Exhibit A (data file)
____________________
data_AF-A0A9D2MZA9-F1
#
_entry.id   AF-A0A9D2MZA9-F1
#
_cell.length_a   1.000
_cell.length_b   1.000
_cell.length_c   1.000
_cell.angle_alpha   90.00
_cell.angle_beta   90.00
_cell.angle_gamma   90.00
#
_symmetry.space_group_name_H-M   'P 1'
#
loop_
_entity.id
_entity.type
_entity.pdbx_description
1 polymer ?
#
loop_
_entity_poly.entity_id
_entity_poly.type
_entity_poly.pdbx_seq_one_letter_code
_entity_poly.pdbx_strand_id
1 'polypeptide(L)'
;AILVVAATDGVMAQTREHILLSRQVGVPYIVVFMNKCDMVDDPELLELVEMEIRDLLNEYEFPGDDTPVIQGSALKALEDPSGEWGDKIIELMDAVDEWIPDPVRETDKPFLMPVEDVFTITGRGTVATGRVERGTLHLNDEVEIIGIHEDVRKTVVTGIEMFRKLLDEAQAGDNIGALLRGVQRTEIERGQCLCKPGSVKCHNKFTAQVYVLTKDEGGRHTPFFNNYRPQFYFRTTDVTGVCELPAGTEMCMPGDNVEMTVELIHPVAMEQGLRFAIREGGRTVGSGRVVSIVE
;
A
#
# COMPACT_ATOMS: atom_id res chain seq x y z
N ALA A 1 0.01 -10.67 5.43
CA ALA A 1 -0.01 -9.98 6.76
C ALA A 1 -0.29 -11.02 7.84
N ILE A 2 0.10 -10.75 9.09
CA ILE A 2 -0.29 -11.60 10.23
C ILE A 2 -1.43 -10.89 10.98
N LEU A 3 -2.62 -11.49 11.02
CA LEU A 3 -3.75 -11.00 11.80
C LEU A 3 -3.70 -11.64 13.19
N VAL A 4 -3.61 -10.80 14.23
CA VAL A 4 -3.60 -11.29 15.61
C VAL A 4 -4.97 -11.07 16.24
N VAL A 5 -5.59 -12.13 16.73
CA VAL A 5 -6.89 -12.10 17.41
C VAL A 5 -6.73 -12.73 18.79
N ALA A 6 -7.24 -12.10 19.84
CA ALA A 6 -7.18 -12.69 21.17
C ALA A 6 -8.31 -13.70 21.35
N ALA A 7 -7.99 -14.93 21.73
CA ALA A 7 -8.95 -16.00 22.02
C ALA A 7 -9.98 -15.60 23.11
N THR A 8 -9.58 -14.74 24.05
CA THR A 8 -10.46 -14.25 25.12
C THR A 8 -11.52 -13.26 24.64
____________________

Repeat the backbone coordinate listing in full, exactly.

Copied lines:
data_AF-A0A9D2MZA9-F1
#
_entry.id   AF-A0A9D2MZA9-F1
#
_cell.length_a   1.000
_cell.length_b   1.000
_cell.length_c   1.000
_cell.angle_alpha   90.00
_cell.angle_beta   90.00
_cell.angle_gamma   90.00
#
_symmetry.space_group_name_H-M   'P 1'
#
loop_
_entity.id
_entity.type
_entity.pdbx_description
1 polymer ?
#
loop_
_entity_poly.entity_id
_entity_poly.type
_entity_poly.pdbx_seq_one_letter_code
_entity_poly.pdbx_strand_id
1 'polypeptide(L)'
;AILVVAATDGVMAQTREHILLSRQVGVPYIVVFMNKCDMVDDPELLELVEMEIRDLLNEYEFPGDDTPVIQGSALKALEDPSGEWGDKIIELMDAVDEWIPDPVRETDKPFLMPVEDVFTITGRGTVATGRVERGTLHLNDEVEIIGIHEDVRKTVVTGIEMFRKLLDEAQAGDNIGALLRGVQRTEIERGQCLCKPGSVKCHNKFTAQVYVLTKDEGGRHTPFFNNYRPQFYFRTTDVTGVCELPAGTEMCMPGDNVEMTVELIHPVAMEQGLRFAIREGGRTVGSGRVVSIVE
;
A
#
# COMPACT_ATOMS: atom_id res chain seq x y z
N ALA A 1 0.01 -10.67 5.43
CA ALA A 1 -0.01 -9.98 6.76
C ALA A 1 -0.29 -11.02 7.84
N ILE A 2 0.10 -10.75 9.09
CA ILE A 2 -0.29 -11.60 10.23
C ILE A 2 -1.43 -10.89 10.98
N LEU A 3 -2.62 -11.49 11.02
CA LEU A 3 -3.75 -11.00 11.80
C LEU A 3 -3.70 -11.64 13.19
N VAL A 4 -3.61 -10.80 14.23
CA VAL A 4 -3.60 -11.29 15.61
C VAL A 4 -4.97 -11.07 16.24
N VAL A 5 -5.59 -12.13 16.73
CA VAL A 5 -6.89 -12.10 17.41
C VAL A 5 -6.73 -12.73 18.79
N ALA A 6 -7.24 -12.10 19.84
CA ALA A 6 -7.18 -12.69 21.17
C ALA A 6 -8.31 -13.70 21.35
N ALA A 7 -7.99 -14.93 21.73
CA ALA A 7 -8.95 -16.00 22.02
C ALA A 7 -9.98 -15.60 23.11
N THR A 8 -9.58 -14.74 24.05
CA THR A 8 -10.46 -14.25 25.12
C THR A 8 -11.52 -13.26 24.64